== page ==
PNS Daily Newscast - October 23, 2019 

A top US diplomat testifies that millions in military aid was held up over Trump demand for "Biden probe." Also on our rundown, a hearing today targets Big Oil and "climate denial."

2020Talks - October 23, 2019 

Facebook says it blocked four networks of social media accounts to prevent election interference; and Julin Castro announces he might not have enough cash on hand to keep the campaign going.

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'Notorious RBG' Has Ties to NC

In "RBG," the Justice's faithful workout routine is featured, showing her ability as an 85-year-old to "plank" and do pushups. ("RBG" movie)
In "RBG," the Justice's faithful workout routine is featured, showing her ability as an 85-year-old to "plank" and do pushups. ("RBG" movie)
May 21, 2018

WINSTON-SALEM, N.C. — This weekend, thousands flocked to a documentary profiling the country's second female Supreme Court Justice, Ruth Bader Ginsburg. While final box office numbers for its first weekend in nationwide release aren't yet in, "RBG" made more than $2 million in two weeks of limited release.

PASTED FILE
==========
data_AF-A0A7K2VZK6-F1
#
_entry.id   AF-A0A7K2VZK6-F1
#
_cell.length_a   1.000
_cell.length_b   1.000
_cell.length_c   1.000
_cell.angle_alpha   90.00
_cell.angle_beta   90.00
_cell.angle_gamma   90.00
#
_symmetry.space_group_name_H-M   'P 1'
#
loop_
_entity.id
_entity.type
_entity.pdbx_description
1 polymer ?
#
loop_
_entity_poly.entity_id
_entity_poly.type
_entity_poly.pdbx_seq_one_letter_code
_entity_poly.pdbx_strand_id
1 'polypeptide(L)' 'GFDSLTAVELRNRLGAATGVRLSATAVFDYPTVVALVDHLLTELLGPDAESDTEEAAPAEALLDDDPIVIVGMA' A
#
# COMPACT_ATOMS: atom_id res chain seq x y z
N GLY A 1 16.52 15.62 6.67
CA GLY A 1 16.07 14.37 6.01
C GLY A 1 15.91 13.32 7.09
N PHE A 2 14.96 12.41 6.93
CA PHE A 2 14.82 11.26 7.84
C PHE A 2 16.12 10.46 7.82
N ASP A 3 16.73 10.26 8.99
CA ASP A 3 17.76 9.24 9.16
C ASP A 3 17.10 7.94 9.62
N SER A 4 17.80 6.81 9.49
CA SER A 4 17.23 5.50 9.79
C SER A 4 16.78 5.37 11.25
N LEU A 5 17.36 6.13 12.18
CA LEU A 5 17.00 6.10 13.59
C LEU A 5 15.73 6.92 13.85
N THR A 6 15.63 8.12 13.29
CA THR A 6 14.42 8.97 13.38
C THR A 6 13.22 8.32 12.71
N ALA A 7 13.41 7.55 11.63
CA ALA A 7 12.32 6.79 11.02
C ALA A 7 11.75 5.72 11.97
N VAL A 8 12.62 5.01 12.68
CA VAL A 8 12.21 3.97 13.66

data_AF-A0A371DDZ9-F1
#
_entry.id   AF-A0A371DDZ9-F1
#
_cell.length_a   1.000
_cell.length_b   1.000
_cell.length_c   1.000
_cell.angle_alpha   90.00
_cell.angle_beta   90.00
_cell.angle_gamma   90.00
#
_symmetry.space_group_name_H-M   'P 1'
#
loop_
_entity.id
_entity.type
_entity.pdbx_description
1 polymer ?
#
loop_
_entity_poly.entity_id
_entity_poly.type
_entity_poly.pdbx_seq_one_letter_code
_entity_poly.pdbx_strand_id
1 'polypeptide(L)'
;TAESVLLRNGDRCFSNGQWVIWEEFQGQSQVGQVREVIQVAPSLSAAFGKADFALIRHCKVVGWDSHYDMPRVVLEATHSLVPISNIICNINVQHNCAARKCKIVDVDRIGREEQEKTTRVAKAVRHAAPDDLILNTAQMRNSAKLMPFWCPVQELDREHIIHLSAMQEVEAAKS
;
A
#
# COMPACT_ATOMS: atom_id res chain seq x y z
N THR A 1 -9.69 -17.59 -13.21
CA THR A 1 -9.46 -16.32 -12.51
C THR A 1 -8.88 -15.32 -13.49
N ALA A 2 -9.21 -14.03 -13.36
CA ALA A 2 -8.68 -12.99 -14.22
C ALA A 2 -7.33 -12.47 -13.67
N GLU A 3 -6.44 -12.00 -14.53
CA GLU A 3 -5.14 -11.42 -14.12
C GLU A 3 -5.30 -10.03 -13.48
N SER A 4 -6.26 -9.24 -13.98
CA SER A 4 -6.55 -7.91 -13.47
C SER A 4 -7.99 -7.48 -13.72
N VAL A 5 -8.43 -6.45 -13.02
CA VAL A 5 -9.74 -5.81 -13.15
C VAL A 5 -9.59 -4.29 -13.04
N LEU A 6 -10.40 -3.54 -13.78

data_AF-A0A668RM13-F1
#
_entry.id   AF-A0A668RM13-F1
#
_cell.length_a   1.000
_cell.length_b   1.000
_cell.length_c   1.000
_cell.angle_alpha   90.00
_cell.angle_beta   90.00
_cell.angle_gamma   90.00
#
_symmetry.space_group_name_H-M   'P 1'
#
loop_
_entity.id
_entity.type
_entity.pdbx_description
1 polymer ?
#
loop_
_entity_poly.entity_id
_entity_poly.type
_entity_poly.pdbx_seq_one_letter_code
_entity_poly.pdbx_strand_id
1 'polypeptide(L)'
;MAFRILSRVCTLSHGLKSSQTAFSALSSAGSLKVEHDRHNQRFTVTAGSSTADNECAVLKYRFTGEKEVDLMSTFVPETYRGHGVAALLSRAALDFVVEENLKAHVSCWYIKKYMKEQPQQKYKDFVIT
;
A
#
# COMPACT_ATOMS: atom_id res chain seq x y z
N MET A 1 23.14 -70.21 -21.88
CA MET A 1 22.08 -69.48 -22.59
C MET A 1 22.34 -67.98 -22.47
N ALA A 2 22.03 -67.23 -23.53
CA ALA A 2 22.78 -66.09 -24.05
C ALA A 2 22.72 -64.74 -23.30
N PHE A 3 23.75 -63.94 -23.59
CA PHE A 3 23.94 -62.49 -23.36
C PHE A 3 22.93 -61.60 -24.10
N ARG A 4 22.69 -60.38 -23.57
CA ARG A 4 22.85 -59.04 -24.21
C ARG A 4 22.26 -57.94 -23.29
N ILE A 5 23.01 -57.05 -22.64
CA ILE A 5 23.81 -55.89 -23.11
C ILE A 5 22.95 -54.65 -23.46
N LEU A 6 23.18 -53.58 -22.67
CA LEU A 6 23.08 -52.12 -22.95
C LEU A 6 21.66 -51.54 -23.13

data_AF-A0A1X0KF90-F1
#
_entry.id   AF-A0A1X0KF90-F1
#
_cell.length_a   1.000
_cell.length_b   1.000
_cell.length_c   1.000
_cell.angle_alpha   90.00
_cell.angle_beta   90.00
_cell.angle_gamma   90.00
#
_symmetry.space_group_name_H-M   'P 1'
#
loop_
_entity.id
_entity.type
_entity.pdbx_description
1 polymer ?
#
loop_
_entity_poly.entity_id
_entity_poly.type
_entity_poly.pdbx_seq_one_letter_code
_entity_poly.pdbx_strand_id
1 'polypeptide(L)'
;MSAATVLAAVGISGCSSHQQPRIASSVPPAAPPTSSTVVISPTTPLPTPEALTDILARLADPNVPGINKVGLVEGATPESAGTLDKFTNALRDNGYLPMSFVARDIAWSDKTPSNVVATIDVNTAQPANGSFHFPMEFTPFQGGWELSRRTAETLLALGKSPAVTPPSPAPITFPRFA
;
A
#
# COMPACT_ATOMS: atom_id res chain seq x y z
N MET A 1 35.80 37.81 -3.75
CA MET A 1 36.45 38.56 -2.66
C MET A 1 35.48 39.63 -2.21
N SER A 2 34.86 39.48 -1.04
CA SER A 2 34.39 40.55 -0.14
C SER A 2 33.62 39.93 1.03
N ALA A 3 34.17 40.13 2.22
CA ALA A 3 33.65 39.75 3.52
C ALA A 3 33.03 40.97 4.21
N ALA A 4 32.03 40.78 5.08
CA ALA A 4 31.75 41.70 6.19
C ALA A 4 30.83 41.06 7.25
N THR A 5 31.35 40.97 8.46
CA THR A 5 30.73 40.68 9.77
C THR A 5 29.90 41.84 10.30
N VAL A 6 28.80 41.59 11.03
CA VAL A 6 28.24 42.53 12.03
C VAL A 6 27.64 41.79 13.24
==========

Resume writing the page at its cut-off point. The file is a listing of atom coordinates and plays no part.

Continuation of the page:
Justice Ruth Bader Ginsburg is recognized as the lawyer who established the standard for gender discrimination eventually accepted by the Supreme Court. She's now lovingly referred to as the "Notorious RBG" across the globe.

Law professor Shannon Gilreath at Wake Forest University explained her connection to North Carolina.

"Suzanne Reynolds, our dean, and Justice Ginsburg are actually close friends,” Gilreath said. “And Justice Ginsburg, on account of that friendship, I think, is a very good friend of the law school as well, and has visited campus and lectured on campus and, in fact, taught in our summer program."

Ginsburg was one of nine women in her class at Harvard University. Her granddaughter recently graduated from Harvard Law School, in the first class in which women made up exactly half of the graduating class - versus being in the minority historically.

After winning five of the six cases she argued before the Supreme Court, Ginsburg was named a judge on the United States Court of Appeals for the District of Columbia by President Jimmy Carter. In 1993 she was nominated to the country's highest court by President Bill Clinton, and her approval by the Senate was almost unanimous.

Gilreath has observed her several times on the bench.

"She is a firecracker, I think, from the bench. I've been in the Supreme Court many times, and she's very active from the bench,” he said. “She's also very clever and sometimes barb-witted, I guess you'd say, from the bench. In person, she's perfectly charming."

Ginsburg issued an opinion in 2015 on the issue of gerrymandering in a case from Arizona, King v. Burwell. Legal scholars say her writing on the case played a large role in a federal district court striking down North Carolina's Congressional map earlier this year.

Stephanie Carson, Public News Service - NC